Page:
Looking at Developers, Not Just OSS Developers
These types of questions make us think about how companies should be allocating their developer “human resources.” So, we looked at the number of developers and software engineers employed by various companies. Using these figures, we hope to help companies determine how many of its employees should be developers and inform how much of their time should be dedicated to open source projects.
We focused on 95 container-related companies that were covered in the first of a series of eBooks about Docker and the Container Ecosystem. Data about the number of employees were collected using LinkedIn by selecting “Current Company” via a checkbox and then searching for employees based on their current employer. The specific search criteria in the Title field was “’software engineer’ OR developer.” Median and average figures are first calculated per company. A full list of the companies investigated, along with non-survey related data, can be found here.
The broader group of 95 companies tended to be larger than those that completed the survey, with a median of 41 employees. However, even as the number of developers employed changes, the percentage of employees that are developers remained relatively constant.
Workforce Data on 95 Container-related Companies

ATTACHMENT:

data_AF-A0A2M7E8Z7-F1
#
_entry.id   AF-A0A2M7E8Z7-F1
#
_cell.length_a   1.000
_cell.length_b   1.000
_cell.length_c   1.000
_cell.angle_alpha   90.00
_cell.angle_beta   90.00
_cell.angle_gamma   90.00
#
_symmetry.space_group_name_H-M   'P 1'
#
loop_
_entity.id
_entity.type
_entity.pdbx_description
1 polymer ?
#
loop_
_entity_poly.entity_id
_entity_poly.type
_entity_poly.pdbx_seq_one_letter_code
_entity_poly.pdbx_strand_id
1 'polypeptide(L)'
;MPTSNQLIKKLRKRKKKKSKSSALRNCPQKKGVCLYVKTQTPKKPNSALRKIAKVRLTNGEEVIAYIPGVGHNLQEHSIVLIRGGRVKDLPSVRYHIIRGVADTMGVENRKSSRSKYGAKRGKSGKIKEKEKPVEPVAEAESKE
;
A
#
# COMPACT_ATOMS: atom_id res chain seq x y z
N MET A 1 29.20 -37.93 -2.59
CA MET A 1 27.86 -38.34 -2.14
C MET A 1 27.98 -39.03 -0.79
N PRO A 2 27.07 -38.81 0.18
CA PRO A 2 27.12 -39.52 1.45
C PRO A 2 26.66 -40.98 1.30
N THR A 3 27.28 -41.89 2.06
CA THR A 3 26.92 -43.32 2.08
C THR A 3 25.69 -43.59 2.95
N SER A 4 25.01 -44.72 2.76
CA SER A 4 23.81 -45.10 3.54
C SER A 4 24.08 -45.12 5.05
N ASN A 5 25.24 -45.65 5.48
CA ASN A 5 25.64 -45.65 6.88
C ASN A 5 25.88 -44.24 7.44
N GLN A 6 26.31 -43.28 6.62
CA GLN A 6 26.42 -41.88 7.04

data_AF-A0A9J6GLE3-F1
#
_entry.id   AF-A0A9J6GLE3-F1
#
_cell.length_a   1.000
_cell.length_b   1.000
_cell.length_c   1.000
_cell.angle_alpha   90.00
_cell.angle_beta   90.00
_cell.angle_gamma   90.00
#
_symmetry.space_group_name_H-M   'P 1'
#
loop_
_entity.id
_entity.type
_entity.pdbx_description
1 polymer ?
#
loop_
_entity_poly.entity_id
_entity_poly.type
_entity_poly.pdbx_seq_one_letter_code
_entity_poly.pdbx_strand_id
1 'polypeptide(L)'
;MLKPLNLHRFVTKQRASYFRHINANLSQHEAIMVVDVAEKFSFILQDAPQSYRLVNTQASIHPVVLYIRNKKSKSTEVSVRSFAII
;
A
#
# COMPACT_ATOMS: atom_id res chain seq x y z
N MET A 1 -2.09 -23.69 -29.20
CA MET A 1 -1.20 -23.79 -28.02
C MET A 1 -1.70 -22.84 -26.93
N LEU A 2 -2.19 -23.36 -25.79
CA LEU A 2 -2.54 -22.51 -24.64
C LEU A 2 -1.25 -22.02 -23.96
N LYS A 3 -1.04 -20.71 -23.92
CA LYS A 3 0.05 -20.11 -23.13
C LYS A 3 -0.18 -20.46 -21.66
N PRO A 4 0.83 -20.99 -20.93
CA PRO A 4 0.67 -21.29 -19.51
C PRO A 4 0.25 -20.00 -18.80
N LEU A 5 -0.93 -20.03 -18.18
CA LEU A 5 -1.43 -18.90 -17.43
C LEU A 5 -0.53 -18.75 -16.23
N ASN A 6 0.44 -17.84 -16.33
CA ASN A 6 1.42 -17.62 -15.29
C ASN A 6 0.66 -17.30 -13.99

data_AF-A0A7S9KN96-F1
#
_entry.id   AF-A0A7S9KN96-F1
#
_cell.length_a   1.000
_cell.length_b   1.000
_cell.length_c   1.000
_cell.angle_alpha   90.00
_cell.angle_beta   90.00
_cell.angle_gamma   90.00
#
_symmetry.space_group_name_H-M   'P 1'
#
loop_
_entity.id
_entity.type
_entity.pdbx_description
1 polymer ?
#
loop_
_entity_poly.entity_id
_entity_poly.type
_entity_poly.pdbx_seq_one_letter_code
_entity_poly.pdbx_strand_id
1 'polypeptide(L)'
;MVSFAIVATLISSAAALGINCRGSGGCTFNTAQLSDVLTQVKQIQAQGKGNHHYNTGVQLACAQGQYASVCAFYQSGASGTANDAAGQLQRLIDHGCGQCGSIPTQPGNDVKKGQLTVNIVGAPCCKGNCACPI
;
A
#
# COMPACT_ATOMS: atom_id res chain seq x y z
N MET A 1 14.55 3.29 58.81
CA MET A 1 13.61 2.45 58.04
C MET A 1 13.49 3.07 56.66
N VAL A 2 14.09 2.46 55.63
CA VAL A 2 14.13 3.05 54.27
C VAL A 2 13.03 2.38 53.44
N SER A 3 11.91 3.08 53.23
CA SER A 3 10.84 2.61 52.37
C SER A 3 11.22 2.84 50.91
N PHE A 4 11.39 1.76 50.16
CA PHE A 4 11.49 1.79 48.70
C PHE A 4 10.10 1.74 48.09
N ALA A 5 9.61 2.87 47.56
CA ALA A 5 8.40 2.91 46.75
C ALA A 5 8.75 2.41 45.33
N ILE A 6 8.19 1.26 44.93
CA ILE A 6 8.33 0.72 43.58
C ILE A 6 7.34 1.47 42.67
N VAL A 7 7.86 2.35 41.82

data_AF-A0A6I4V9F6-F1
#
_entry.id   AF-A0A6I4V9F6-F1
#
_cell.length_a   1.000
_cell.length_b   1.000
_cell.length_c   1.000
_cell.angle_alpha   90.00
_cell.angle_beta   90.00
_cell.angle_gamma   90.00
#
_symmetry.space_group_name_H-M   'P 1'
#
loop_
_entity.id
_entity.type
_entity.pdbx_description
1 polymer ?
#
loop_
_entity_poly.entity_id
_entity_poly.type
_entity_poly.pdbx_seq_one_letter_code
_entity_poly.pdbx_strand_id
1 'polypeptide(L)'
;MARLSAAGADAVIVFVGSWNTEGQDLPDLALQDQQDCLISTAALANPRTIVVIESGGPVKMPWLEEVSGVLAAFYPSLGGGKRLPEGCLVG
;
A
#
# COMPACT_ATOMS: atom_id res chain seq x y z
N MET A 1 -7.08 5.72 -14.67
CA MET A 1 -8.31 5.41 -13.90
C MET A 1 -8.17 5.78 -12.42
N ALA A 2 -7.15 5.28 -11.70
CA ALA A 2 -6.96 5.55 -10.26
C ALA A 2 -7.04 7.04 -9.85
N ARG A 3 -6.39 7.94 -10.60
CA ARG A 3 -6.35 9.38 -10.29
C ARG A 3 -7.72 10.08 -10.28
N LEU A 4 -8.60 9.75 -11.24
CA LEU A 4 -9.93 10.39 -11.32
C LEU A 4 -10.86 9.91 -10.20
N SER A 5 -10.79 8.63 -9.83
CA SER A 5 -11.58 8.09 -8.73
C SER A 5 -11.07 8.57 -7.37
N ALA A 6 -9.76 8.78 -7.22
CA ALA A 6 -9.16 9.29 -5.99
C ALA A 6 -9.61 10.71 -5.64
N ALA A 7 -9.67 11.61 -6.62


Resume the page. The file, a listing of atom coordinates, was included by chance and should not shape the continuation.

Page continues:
|Year Company Founded||# of Software Engineers or Developers||# of Employees|
|Between 2010 – 2013||9||18||35||122|
So, we dug deeper into these companies and found more trends by looking at company maturity. It wasn’t surprising to find that younger companies have fewer employees. It is important to realize that in many startups the CEO or founders are also developers but do not identify themselves as such on LinkedIn. If we considered them as developers, many companies would likely have half of their employees involved with coding.
The middle-aged companies, those founded between 2010 and 2013 have the largest percentage of employees with “software engineer” or “developer” in their title. Many of these companies are focused on growing their development teams, to find companies with more than 30 percent of their employees being developers. Among this group are The New Stack sponsors Codenvy and SignalFx. The older companies have fewer developers overall, but this is partially due to IBM (eight percent of 418,168) and HPE (five percent of 219,111) bringing down the numbers.
Using LinkedIn to determine the number of developers can be problematic because it relies first on users self-identifying as actual employees of a company and then as a person with “developer” in their title. That being said, it is true that as companies grow, they by their very nature will increase their headcount.
After a few years of existence, many of the companies we reviewed are in a growth stage, which means they are focusing on hiring developers and perhaps building their intellectual property with VC funding. The older companies we reviewed are not by their very nature focused only on containers, but they are still tech companies with significant resources dedicated software development.
Codenvy, HPE, IBM, SignalFx are sponsors of The New Stack.
Feature Image: 1917 organization chart of the Tabulating Machine Co., forerunner of IBM, via Flickr.